Case report: hemodialysis for dabigatran overdose

April 23, 2013, 7:22 pm


Hemodialysis for the Treatment of Pulmonary Hemorrhage from Dabigatran Overdose. Chen BC et al. Am J Kidney Dis 2013 Apr 15 [Epub ahead of print]


Dabigatran (Pradaxa) is a competitive direct thrombin inhibitor approved in the United States for stroke prophylaxis in patients with nonvalvular atrial fibrillation. Although dabigatran has certain advantages over coumadin related to issues of dosing and testing, there is no readily available test to measure its anticoagulation effect, and there is no antidote to reverse bleeding.

Recommendations for treating a patient with dabigatran-associated hemorrhage include local control of bleeding, and hemodialysis (HD). Although dialysis may be difficult in a patient with critical bleeding — such as intracranial hemorrhage — this case report, from NYU and the NYC Poison Control Center, suggests that HD may be useful in some cases.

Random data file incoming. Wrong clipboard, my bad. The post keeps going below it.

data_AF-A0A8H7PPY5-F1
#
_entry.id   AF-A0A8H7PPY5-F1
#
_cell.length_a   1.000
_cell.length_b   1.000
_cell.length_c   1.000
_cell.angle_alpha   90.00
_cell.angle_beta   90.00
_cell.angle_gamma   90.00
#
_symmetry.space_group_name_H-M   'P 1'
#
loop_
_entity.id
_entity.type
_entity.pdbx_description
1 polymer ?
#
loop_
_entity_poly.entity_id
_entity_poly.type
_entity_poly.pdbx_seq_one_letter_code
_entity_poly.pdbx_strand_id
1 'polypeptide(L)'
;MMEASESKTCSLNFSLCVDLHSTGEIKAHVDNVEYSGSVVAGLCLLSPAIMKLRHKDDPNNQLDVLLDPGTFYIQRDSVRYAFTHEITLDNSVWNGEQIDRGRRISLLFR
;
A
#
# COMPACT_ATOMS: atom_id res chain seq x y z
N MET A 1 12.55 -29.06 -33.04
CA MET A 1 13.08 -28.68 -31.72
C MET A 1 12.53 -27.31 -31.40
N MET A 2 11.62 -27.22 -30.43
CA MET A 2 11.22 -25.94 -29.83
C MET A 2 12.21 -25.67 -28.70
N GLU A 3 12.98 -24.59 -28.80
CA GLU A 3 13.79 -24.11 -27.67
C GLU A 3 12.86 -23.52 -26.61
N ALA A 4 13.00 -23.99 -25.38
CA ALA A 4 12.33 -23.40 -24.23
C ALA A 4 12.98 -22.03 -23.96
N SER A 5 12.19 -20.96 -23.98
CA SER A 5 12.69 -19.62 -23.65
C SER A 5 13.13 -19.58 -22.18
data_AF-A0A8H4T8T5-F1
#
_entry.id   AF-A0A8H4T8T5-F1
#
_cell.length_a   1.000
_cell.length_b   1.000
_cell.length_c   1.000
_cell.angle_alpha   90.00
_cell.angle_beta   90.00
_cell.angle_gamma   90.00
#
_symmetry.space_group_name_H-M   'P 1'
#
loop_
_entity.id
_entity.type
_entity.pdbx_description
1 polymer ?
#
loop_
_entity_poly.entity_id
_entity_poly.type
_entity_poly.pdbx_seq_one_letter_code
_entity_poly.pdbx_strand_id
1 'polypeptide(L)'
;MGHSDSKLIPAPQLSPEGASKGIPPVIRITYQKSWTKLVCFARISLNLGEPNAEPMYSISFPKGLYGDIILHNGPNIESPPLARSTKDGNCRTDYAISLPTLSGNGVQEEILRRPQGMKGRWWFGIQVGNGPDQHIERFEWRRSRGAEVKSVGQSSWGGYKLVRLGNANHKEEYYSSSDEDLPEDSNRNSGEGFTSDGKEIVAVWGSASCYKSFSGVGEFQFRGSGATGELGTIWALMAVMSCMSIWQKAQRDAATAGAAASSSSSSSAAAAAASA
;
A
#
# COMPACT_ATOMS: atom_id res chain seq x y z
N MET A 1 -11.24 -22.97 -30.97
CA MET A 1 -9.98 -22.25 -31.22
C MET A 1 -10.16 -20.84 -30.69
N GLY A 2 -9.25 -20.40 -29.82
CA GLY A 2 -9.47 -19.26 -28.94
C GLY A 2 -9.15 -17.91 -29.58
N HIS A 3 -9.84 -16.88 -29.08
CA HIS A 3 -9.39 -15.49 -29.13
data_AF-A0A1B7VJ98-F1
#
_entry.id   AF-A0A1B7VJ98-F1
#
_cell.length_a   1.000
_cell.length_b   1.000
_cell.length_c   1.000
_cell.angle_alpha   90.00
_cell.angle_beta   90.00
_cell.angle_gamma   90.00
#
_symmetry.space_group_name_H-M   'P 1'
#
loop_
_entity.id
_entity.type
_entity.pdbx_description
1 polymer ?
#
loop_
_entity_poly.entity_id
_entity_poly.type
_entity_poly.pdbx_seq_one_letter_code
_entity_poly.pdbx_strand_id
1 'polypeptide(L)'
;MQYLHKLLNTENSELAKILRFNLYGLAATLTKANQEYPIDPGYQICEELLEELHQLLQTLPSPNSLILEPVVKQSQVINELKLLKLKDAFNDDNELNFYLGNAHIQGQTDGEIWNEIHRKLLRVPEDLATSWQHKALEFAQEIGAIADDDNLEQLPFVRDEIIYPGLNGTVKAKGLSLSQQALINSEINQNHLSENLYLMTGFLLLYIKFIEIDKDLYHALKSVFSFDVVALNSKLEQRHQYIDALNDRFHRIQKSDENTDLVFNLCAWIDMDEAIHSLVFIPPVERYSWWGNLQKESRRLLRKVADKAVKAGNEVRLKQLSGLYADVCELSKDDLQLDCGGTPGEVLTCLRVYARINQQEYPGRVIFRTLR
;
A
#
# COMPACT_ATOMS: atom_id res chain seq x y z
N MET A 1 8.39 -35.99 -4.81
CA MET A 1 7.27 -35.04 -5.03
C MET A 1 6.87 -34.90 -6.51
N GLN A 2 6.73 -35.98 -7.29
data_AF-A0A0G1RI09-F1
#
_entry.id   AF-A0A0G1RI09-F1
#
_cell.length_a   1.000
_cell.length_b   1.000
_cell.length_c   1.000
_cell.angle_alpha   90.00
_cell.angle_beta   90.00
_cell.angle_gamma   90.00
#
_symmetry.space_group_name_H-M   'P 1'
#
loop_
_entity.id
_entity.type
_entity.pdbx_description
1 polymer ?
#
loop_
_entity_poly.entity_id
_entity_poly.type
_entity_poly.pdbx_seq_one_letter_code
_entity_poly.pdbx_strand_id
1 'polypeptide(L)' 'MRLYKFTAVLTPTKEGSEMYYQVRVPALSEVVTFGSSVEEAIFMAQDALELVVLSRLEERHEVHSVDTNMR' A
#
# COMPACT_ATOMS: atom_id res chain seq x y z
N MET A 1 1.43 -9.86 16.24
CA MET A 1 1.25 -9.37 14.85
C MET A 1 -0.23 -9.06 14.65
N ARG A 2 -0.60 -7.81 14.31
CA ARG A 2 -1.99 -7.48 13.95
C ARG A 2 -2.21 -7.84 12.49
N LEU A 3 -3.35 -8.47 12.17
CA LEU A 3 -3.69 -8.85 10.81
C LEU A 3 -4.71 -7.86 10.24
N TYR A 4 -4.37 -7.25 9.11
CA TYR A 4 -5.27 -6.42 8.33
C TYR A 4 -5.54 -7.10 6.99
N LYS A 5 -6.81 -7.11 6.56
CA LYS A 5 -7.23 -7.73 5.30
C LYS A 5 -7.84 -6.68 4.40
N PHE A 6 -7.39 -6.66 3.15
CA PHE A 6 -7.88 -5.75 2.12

An 80-year-old man presented with hemoptysis and pulmonary hemorrhage. Increasing dyspnea required intubation and mechanical ventilation. History revealed that some dabigatran pills (150 mg) were missing from his supply. INR, aPTT, and thrombin time were all abnormal. The initial dabigatran level was 1,100 ng/ml, over 8 times therapeutic. The patient underwent 4 hours of HD. During dialysis his coagulation studies improved and pulmonary aspirates cleared. Dabigatran levels measured before, during, and after dialysis demonstrated significant drug clearance, although there was some rebound.

The source of hemorrhage was found to be a tuberculous lung abscess.

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